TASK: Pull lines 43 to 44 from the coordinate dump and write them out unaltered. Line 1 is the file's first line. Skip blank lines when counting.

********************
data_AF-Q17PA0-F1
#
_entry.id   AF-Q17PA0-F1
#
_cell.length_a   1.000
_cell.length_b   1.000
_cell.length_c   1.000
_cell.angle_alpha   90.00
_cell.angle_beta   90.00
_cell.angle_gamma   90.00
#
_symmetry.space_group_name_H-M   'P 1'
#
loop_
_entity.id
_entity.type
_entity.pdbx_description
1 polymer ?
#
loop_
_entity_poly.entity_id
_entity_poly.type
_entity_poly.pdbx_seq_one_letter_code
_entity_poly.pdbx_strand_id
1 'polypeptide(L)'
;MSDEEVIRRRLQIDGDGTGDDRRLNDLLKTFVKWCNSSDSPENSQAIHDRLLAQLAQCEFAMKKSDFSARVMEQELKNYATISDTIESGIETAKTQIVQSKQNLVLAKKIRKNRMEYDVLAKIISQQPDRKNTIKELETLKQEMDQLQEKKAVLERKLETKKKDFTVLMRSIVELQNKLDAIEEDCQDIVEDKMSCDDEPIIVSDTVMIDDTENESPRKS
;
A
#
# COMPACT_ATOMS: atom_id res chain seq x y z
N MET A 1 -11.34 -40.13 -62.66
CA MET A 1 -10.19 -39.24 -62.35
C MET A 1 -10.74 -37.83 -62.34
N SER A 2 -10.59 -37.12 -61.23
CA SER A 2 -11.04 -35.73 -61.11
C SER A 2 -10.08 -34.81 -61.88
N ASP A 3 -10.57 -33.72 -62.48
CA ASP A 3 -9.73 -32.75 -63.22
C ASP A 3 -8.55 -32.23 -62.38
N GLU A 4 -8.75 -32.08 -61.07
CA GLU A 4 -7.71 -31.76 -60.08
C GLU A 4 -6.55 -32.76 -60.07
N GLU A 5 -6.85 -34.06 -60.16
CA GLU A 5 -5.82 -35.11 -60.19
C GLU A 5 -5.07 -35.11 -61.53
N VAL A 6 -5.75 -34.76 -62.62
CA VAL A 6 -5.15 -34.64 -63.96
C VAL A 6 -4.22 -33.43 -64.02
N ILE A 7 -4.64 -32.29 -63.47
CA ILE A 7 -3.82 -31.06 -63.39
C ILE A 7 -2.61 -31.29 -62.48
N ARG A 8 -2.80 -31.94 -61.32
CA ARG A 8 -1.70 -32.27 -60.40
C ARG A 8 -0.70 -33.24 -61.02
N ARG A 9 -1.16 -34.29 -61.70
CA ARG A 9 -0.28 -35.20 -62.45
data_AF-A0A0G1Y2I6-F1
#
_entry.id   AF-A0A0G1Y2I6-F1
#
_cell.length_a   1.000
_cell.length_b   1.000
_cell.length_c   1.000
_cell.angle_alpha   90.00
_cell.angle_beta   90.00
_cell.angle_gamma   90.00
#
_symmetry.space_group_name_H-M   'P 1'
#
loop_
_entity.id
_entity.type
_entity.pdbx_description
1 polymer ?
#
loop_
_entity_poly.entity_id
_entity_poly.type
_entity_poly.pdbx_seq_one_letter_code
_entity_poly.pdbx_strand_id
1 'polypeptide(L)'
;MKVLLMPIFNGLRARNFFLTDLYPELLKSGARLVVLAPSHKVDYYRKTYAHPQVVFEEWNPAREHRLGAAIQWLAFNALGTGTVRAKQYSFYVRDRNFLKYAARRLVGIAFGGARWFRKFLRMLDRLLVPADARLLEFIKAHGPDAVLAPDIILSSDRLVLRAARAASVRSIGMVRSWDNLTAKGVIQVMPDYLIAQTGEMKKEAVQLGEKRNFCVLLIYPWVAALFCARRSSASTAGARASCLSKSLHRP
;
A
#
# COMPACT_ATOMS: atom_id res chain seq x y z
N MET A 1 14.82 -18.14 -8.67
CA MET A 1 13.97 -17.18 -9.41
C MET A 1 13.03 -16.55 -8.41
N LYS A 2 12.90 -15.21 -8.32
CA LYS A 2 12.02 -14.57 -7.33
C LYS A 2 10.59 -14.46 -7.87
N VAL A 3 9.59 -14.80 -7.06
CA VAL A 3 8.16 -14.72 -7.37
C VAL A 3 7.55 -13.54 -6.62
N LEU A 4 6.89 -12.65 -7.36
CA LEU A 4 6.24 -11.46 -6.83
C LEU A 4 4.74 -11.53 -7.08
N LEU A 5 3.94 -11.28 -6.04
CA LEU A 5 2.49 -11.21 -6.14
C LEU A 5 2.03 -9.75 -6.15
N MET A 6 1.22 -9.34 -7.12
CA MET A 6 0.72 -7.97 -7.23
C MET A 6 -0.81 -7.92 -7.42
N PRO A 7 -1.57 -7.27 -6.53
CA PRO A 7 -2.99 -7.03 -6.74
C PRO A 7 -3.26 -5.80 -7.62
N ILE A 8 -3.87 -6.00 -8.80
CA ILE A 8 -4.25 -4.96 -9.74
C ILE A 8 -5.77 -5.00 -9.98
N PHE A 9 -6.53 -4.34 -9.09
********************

N GLU A 5 -6.85 -34.06 -60.16
CA GLU A 5 -5.82 -35.11 -60.19